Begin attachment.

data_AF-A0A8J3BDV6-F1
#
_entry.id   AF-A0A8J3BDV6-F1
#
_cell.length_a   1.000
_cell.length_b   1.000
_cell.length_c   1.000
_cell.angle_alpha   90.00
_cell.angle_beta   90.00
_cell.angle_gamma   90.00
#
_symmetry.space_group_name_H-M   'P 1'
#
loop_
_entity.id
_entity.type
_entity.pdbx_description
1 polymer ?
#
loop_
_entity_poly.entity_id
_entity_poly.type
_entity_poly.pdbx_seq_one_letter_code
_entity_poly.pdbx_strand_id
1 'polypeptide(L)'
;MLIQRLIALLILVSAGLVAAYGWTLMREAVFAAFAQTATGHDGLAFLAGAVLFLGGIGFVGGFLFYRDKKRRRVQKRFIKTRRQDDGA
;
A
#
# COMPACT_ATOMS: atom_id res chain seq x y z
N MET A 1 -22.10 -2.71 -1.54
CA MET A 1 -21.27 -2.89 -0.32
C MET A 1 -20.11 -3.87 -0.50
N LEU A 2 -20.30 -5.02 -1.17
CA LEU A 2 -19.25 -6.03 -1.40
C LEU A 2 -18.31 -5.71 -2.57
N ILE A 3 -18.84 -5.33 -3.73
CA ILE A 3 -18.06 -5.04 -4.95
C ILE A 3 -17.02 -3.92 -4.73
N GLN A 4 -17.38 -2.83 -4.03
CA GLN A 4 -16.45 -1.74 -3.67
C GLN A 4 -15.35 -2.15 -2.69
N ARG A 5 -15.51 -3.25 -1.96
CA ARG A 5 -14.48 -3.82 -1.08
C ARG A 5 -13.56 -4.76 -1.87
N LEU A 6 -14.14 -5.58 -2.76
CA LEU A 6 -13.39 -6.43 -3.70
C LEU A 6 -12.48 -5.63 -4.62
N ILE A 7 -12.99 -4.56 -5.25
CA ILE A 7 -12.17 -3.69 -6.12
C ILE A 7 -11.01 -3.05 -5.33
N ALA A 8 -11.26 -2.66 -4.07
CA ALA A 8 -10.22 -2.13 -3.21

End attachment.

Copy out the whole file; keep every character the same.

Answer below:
data_AF-A0A8J3BDV6-F1
#
_entry.id   AF-A0A8J3BDV6-F1
#
_cell.length_a   1.000
_cell.length_b   1.000
_cell.length_c   1.000
_cell.angle_alpha   90.00
_cell.angle_beta   90.00
_cell.angle_gamma   90.00
#
_symmetry.space_group_name_H-M   'P 1'
#
loop_
_entity.id
_entity.type
_entity.pdbx_description
1 polymer ?
#
loop_
_entity_poly.entity_id
_entity_poly.type
_entity_poly.pdbx_seq_one_letter_code
_entity_poly.pdbx_strand_id
1 'polypeptide(L)'
;MLIQRLIALLILVSAGLVAAYGWTLMREAVFAAFAQTATGHDGLAFLAGAVLFLGGIGFVGGFLFYRDKKRRRVQKRFIKTRRQDDGA
;
A
#
# COMPACT_ATOMS: atom_id res chain seq x y z
N MET A 1 -22.10 -2.71 -1.54
CA MET A 1 -21.27 -2.89 -0.32
C MET A 1 -20.11 -3.87 -0.50
N LEU A 2 -20.30 -5.02 -1.17
CA LEU A 2 -19.25 -6.03 -1.40
C LEU A 2 -18.31 -5.71 -2.57
N ILE A 3 -18.84 -5.33 -3.73
CA ILE A 3 -18.06 -5.04 -4.95
C ILE A 3 -17.02 -3.92 -4.73
N GLN A 4 -17.38 -2.83 -4.03
CA GLN A 4 -16.45 -1.74 -3.67
C GLN A 4 -15.35 -2.15 -2.69
N ARG A 5 -15.51 -3.25 -1.96
CA ARG A 5 -14.48 -3.82 -1.08
C ARG A 5 -13.56 -4.76 -1.87
N LEU A 6 -14.14 -5.58 -2.76
CA LEU A 6 -13.39 -6.43 -3.70
C LEU A 6 -12.48 -5.63 -4.62
N ILE A 7 -12.99 -4.56 -5.25
CA ILE A 7 -12.17 -3.69 -6.12
C ILE A 7 -11.01 -3.05 -5.33
N ALA A 8 -11.26 -2.66 -4.07
CA ALA A 8 -10.22 -2.13 -3.21